Some weeks ago, a financial daily finally came out with a strongly worded story that was fairly common knowledge within art circles: The great Indian art fund—and there are too many to list—as per available figures, has proved (as yet) to be a non-performer in-so-far as deliverables go: the promise of fantastic returns used by fund managers waved at the naïve and occasionally, hapless investor remains, till this day, just that. But, say trade experts, it’s not all as bleak as it sounds.
Placing the current situation within a larger, ‘markets’ perspective, financier and art collector, Nandan Maluste analyses the scenario thus: “An ideal investment market trades identical items, is liquid, transparent and well regulated so that only what is unfair is illegal, known to all, and infringements are punished rapidly.
Nevertheless, even investing in an ideal market cannot be risk free. In reality, no market meets this ideal. Imperfections are seen as opportunities by the shrewd and patient, but are obstacles to the naïve or hurried.”
Having advised an art fund, Maluste adds, “It’s obvious that no art market can match the above ideal, and the Indian art market does not, on any count. In spite of this, most art fund promoters (when they set out) promised liquidity and returns within a short time or even regularly. They also exaggerated their own expertise. People believed that the bull-run, just like the bull-run in the equity market, would persist longer than it did.”
In short, what we are witnessing is a cumulative fall-out of a collision between larger recessionary trends and the specific peculiarities of trading that exist within the Indian art market. A portion of the dismal picture, opine experts, is also mired in the irregularities of trade practice. As is known, this market is in the early stages of development. The absence of monitoring systems and a lack of clear checks and balances vis-à-vis financial due diligence, have all played a role in precipitating the situation.
Founder and chairman, Osian’s and chief advisor, Osian’s Art Fund, Neville Tuli, continues however to believe that there is no ‘Art Fund Crisis’ as such. He describes the current situation as “... only a low moment in the larger historical journey which cannot be short-circuited into success.”
He adds, “You have to see the present problem in the context of transforming the art object into a credible capital asset in a cash driven economy, without basic financial infrastructure, sufficient public awareness, regular institutional flow of authentic art financial information, and a host of other financial facilities (eg bill discounting, collateralisation of art fund items, underwriting framework) that are just not available.”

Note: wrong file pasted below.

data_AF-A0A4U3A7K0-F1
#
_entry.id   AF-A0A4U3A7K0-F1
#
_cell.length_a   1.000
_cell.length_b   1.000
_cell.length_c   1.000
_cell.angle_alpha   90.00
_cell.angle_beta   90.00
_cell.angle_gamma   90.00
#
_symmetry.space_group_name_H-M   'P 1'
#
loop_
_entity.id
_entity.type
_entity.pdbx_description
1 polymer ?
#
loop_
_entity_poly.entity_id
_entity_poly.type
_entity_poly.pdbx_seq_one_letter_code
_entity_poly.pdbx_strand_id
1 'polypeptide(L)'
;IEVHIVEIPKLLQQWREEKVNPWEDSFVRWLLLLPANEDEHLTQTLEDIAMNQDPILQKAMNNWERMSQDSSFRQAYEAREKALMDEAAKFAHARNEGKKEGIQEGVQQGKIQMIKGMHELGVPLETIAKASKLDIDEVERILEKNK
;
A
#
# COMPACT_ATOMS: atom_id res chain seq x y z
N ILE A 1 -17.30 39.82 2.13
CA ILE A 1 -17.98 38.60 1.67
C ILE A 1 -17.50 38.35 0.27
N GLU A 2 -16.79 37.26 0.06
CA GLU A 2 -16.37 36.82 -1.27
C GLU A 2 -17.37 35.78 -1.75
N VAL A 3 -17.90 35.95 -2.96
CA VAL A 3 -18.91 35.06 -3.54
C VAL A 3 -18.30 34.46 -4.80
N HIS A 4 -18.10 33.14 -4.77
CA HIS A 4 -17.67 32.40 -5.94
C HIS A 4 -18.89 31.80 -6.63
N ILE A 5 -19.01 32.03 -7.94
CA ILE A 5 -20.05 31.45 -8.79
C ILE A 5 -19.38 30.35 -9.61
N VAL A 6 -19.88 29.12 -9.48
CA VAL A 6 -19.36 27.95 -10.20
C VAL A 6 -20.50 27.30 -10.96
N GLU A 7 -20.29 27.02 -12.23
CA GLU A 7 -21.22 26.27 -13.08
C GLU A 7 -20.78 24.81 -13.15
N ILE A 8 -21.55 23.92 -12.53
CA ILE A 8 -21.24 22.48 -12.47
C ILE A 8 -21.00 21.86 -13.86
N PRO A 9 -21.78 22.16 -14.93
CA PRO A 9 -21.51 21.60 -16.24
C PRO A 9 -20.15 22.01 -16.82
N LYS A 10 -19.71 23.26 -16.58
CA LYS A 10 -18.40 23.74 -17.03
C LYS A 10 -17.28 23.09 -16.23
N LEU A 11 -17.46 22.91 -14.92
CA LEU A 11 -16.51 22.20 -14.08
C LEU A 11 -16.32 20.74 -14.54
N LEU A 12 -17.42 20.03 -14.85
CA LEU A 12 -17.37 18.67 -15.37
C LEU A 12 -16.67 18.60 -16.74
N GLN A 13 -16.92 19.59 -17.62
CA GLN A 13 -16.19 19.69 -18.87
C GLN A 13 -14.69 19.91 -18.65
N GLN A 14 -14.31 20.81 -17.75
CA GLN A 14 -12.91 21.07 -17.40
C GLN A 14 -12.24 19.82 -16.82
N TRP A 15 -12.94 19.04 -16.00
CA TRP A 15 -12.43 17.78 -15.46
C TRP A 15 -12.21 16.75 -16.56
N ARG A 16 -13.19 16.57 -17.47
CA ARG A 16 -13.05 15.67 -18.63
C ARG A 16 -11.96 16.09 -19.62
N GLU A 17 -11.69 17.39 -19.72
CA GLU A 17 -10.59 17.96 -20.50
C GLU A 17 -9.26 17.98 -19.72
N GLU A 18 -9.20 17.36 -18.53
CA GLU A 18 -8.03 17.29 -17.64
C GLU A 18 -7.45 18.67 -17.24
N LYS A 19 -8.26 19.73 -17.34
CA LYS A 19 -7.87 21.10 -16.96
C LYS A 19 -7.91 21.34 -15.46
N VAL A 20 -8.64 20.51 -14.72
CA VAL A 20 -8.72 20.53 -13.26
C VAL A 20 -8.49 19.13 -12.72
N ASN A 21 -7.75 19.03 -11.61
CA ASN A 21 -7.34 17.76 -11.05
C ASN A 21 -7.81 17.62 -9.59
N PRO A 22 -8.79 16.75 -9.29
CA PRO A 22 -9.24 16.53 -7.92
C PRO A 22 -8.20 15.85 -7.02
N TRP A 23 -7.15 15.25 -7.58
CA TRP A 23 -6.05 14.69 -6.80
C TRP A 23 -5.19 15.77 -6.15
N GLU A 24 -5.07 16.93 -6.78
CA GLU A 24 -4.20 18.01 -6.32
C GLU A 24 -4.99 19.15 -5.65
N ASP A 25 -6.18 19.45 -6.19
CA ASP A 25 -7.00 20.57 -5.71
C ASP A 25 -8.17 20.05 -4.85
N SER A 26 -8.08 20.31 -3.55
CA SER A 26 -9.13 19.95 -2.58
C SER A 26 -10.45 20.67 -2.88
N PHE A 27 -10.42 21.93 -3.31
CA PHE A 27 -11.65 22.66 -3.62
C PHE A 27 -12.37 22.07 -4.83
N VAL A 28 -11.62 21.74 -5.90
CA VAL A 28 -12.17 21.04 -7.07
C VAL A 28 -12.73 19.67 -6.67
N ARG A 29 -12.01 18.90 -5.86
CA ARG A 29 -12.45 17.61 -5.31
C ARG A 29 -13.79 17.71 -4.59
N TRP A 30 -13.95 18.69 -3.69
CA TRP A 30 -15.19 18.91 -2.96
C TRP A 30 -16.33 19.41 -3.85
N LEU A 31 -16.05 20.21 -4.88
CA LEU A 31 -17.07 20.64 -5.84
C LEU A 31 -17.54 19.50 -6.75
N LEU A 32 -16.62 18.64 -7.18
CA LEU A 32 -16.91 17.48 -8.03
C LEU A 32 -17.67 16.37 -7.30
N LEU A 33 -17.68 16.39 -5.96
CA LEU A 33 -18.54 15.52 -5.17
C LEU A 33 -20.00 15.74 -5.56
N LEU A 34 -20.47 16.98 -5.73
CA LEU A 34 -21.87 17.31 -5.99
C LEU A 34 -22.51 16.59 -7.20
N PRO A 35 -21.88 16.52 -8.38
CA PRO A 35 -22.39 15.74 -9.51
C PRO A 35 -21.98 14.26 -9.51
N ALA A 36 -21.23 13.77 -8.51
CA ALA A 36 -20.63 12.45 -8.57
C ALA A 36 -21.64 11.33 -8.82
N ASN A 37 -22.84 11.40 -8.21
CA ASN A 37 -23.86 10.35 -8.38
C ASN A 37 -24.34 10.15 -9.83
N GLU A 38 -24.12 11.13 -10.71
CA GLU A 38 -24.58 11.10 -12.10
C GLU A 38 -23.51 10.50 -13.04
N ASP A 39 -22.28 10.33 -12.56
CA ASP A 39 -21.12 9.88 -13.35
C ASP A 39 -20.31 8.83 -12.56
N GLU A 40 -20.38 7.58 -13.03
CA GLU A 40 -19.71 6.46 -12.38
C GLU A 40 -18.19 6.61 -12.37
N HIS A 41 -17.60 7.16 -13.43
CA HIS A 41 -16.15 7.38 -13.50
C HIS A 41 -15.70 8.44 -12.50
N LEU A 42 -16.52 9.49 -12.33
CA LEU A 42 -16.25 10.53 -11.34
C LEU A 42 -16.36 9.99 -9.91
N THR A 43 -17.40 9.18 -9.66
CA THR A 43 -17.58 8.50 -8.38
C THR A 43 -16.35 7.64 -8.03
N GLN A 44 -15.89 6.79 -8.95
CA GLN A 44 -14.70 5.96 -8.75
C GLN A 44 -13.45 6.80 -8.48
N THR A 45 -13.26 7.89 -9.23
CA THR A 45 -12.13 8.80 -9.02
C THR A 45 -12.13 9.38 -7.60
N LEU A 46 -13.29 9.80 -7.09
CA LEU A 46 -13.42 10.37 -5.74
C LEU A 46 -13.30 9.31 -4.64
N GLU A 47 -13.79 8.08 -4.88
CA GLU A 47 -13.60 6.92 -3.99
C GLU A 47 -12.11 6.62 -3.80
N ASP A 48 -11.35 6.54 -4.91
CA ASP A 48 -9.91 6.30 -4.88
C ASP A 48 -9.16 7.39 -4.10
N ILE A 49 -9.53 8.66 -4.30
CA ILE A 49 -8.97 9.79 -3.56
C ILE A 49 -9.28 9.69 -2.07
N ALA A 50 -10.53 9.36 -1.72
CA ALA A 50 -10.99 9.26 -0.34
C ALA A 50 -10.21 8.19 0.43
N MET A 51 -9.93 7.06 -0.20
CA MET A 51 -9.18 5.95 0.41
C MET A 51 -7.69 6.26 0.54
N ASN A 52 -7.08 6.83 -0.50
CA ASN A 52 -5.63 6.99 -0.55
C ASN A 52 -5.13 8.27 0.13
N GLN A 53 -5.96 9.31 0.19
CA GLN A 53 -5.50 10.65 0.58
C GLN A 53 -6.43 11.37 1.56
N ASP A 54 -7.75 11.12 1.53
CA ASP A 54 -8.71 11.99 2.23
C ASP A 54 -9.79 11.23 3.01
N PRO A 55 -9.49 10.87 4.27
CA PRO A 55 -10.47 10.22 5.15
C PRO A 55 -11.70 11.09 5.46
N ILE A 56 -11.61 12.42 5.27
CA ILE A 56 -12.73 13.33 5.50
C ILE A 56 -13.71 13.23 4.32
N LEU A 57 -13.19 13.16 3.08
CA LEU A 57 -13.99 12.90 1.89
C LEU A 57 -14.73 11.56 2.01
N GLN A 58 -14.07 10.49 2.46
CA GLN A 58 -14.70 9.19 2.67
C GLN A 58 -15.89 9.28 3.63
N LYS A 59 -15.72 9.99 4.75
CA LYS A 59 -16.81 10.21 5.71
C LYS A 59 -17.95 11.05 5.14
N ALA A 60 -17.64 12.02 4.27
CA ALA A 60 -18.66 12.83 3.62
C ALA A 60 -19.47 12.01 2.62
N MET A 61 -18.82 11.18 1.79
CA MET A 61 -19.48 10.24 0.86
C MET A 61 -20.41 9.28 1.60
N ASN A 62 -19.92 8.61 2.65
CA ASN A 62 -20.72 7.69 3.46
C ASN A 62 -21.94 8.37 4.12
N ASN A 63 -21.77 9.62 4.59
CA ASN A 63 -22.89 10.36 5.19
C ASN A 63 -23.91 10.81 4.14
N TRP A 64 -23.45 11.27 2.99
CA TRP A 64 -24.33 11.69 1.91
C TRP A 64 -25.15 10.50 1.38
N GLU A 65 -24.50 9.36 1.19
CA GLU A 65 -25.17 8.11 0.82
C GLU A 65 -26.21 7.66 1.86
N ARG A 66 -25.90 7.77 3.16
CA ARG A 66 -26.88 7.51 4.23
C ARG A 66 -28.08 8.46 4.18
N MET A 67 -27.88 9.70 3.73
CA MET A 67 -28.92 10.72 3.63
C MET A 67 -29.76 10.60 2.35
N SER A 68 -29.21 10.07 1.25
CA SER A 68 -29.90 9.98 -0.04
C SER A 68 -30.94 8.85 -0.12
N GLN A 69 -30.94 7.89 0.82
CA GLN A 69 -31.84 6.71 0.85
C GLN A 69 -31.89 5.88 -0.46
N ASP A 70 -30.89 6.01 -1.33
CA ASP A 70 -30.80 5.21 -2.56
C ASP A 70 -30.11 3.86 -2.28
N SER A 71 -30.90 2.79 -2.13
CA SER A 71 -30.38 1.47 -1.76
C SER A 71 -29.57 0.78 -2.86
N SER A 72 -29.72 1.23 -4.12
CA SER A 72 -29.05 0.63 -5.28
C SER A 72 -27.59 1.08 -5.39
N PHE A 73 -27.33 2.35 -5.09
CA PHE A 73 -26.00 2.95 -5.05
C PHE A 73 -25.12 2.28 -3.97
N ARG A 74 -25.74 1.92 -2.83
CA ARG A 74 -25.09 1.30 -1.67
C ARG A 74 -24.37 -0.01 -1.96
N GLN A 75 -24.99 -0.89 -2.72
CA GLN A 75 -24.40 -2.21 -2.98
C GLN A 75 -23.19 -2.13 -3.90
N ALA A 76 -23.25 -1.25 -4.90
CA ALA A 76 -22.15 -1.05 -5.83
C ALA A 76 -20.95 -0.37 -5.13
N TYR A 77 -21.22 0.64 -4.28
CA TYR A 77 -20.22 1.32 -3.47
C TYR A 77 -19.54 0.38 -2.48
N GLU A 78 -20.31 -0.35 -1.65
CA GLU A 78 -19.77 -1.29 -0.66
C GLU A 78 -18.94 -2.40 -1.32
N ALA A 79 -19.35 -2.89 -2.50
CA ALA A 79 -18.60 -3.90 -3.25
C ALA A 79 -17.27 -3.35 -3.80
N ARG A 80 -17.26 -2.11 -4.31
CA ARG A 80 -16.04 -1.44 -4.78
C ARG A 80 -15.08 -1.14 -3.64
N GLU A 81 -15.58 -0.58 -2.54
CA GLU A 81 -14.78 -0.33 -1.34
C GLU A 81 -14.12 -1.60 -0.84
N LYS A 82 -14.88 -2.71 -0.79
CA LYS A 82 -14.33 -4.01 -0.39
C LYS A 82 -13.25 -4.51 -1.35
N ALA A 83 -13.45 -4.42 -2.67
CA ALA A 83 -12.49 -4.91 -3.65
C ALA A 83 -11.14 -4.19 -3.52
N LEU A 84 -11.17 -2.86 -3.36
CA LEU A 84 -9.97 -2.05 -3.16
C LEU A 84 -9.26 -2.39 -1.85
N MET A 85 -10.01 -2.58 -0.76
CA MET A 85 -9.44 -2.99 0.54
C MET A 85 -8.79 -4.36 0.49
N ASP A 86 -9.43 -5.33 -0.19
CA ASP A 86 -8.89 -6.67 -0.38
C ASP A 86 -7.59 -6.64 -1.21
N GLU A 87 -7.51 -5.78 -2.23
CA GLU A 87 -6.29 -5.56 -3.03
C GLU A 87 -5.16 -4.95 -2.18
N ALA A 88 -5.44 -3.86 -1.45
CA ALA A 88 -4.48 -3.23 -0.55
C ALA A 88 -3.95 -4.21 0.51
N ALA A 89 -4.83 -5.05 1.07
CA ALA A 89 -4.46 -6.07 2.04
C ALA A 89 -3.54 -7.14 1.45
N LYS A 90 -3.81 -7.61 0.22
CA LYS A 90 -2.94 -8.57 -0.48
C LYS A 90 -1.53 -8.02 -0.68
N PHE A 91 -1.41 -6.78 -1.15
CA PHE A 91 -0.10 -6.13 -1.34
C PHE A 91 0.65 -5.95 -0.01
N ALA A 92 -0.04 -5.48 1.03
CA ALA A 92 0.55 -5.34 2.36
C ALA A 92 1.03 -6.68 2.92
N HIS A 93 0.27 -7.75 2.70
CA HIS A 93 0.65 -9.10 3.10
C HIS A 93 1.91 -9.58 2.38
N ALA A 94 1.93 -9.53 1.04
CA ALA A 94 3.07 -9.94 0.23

Mukesh Panika, director, Religare Arts Initiative opines: “One would not say that there is a crisis really, but the art funds floated in 2006-08, when the art market was booming, have found themselves facing difficult times due to the downturn in the global market which has had an impact on the Indian art market as well.
Another contributing factor is that this asset is not as liquid. The art fund which we are advising is in the nature of a Private Trust which operates for the benefit of the beneficiaries.” He holds that there is a chance of getting better returns in the coming years and the “same would earn reasonable returns by 2010-11.”
A senior art critic though is skeptical. Citing reasons of aesthetic judgment, he explains, “Not all fund managers are necessarily qualified to assess the aesthetics of every/all work. Selecting art for collections/funds is a specialised task. In fact it’s an unwritten rule that seasoned collectors are familiar with: every work of art by even established artists is not likely to appreciate. An assessment of works acquired for the purpose of appreciation within the collection of the many art funds may reveal that almost 30-40% is not likely to make the grade.” A well known art collector, who chooses not to be named adds, “In the case of some art funds it’s all a case of insider trading at its worst!”